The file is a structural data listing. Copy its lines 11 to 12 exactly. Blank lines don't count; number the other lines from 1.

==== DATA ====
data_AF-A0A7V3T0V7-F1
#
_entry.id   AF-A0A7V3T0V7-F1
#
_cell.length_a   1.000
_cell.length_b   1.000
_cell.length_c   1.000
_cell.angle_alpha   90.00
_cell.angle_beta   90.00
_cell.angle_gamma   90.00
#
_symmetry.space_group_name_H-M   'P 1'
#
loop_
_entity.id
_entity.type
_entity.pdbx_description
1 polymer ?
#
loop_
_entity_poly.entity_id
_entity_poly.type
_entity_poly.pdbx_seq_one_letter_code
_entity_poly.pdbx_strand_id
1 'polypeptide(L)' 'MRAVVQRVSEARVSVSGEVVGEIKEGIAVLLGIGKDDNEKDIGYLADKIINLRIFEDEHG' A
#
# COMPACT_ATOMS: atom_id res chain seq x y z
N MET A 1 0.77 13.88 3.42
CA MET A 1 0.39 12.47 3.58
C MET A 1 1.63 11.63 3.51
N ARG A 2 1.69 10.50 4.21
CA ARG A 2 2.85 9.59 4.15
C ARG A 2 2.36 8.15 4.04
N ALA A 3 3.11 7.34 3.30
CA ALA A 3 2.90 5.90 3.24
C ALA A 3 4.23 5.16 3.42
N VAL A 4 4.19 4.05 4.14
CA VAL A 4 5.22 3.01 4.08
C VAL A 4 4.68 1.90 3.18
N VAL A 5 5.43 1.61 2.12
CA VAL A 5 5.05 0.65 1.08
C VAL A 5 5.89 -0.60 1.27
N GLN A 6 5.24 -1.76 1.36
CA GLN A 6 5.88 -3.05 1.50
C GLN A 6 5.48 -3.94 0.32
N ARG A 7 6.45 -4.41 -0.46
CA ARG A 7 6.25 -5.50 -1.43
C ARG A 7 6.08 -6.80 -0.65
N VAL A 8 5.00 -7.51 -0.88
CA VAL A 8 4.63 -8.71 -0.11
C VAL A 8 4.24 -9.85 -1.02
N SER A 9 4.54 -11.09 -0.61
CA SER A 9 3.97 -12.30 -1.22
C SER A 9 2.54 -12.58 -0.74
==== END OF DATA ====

#
_symmetry.space_group_name_H-M   'P 1'